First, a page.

Thursday, March 10, 2011

Patt Morrison for Friday, March 11, 2011


Friday, March 11, 2011

1-3 p.m.





1:08:30 – 1:19:30

What can the White House do for you on high fuel prices?

Gasoline in California costs an average of $3.91 and is most likely headed much higher before any relief will be felt by motorists, the perfect formula to wreck an already shaky economic recovery.  What, if anything, can the Obama administration do for average Americans who are starting to feel the pinch of not only high gas prices but also high food prices?  That is debatable—there are increasing demands for the president to tap into the Strategic Petroleum Reserve, the stash of oil that the federal government keeps on hands in case of emergencies, and arguments have been made for increased domestic oil production.  But beyond that, short of engineering a magical solution for the civil war in Libya that’s mostly to blame for the oil price spike, what more can the White House do?  President Obama will step the mic to offer some potential solutions, but can he do anything more than tell the American people he feels their pain?



Tom Vilsack, U.S. Secretary of Agriculture




1:26 – 1:37




1:42:30 – 1:54

Will the real GOP presidential candidate in 2012 please stand up?

It’s being described as the most wide open presidential primary in the history of the Republican Party.  2012 presents an opportunity to topple a sitting president in Barack Obama who has championed some of the most intensely unpopular policies & legislation among American conservatives, and preside over what could very well be a Republican sweep of Congress.  2012 also promises to be a vicious primary battle with several high-profile and well financed candidates vying for the GOP nomination, and the race has a little bit of everything—something old, something new, something borrowed, something red.  From established veterans like Romney, Huckabee and Gingrich to super star lightening rods like Sarah Palin, and dark horse candidates like Huntsman, Daniels or Barbour, the GOP primary has something for every Republican voter—except a clear front runner.  Who is best poised to win the nomination and take on President Obama, and who could come out of nowhere to be the next big Republican thing?





2:08:30 – 2:19:30

Federal Reserve report finds no wrongful foreclosures…can that be true?

All 50 state attorneys general banded together last fall to demand a Federal investigation into banks' foreclosure practices after revelations of widespread “robo-signing” of foreclosures by some companies halted repossessions of many homes. The resulting report from a months-long Federal Reserve investigation came back yesterday and found no wrongful foreclosures by banks. The Fed's findings seem to support the banking industry’s claims that, while they cop to sloppy practices, maintain that homeowners whose homes were repossessed were significantly behind on their payments. However, consumer advocates think the federal investigators defined what constitutes a "wrongful foreclosure" far too narrowly. The report stirs the pot for bank regulators concerned with ensuring the soundness of the banking system, and law enforcement officials, concerned with allegations of widespread violations of state and federal bankruptcy and consumer protection laws during foreclosures.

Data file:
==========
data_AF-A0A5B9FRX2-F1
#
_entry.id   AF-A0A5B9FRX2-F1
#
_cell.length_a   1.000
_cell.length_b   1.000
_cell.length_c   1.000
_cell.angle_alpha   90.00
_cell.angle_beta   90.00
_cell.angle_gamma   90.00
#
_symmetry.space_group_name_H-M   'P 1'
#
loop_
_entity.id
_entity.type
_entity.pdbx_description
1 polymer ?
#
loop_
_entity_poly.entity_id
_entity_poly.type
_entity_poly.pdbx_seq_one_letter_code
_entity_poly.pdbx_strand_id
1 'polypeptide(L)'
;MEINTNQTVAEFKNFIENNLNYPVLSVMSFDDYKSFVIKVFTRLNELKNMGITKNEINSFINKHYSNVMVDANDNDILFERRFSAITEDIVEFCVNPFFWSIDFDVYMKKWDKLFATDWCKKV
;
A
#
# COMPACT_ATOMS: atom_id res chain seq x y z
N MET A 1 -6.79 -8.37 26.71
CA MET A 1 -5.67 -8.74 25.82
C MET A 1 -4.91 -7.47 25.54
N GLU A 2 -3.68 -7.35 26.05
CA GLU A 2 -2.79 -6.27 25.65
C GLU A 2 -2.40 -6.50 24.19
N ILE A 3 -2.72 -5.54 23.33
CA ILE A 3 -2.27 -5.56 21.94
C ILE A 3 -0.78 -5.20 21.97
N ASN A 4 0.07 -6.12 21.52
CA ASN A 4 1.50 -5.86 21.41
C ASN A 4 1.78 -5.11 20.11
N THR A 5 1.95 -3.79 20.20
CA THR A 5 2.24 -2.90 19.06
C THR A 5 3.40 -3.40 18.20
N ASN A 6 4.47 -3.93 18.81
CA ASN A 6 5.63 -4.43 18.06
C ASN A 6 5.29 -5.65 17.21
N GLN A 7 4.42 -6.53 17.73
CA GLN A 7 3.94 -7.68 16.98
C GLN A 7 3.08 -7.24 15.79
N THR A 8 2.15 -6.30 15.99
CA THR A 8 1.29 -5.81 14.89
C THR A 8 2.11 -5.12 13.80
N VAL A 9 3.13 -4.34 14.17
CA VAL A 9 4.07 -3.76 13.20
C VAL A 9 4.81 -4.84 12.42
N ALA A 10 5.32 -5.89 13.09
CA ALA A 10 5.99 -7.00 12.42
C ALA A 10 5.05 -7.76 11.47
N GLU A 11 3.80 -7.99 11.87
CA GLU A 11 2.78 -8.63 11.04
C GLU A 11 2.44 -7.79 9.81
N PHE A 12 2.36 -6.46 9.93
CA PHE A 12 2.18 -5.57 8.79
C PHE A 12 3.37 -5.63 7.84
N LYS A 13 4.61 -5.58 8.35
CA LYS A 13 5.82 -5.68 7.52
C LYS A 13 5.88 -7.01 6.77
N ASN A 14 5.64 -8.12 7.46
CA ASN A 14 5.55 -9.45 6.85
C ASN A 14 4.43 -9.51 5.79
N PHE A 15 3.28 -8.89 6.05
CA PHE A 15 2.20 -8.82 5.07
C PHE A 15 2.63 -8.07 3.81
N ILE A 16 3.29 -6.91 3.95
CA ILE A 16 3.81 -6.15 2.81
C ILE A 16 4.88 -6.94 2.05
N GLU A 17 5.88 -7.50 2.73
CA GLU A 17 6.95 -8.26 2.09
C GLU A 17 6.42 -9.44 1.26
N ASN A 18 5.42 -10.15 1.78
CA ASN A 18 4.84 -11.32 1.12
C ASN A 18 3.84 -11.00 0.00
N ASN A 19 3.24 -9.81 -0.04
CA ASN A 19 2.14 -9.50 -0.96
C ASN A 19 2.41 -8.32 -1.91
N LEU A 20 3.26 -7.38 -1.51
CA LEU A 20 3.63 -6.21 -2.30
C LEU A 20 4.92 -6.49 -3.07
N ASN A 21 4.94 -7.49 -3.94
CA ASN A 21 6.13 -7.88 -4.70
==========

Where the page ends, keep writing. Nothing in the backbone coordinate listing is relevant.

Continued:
2:26 – 2:37

How did the penis lose its spikes?

A study published this week in the journal Nature details how humans lost chunks of DNA from their genome as they evolved from apes, with whom it has been estimated we share 96% of our DNA. In the study, Stanford researchers pinpointed molecular mechanisms that triggered humans to evolve bigger brains than chimpanzees, lose the small sensory whiskers found on apes’ faces, and evolve distinctly spike-free penises. The small hard spines on chimpanzee penises are believed to promote monogamy, so why did evolution phase them out of humans?




Gill Bejerano, assistant professor of Developmental Biology, Stanford University. He is also the author of the study published in Nature




2:42 – 2:53:45

Annie Leonard and the Story of Stuff

Stuff. Americans have got a lot of it, we don’t share it well, and some of it is even toxic. Annie Leonard first tackled the story of stuff in a viral online video that explained the processes all our stuff goes through on its journey from natural resource, to product, to waste. The cartoon was so popular it even became a book, further exploring the negative impact that Americans’ “take, make, waste” philosophy has on our lives and our planet. Leonard joins Patt with her expos√© into the hidden environmental and social costs of our current systems of production and consumption and what you can do to curb it.



Annie Leonard, author of The Story of Stuff: The Impact of Overconsumption on the Planet, Our Communities, and Our Health—And How We Can Make It Better; director of the Story of Stuff Project




Jonathan Serviss
Senior Producer, Patt Morrison
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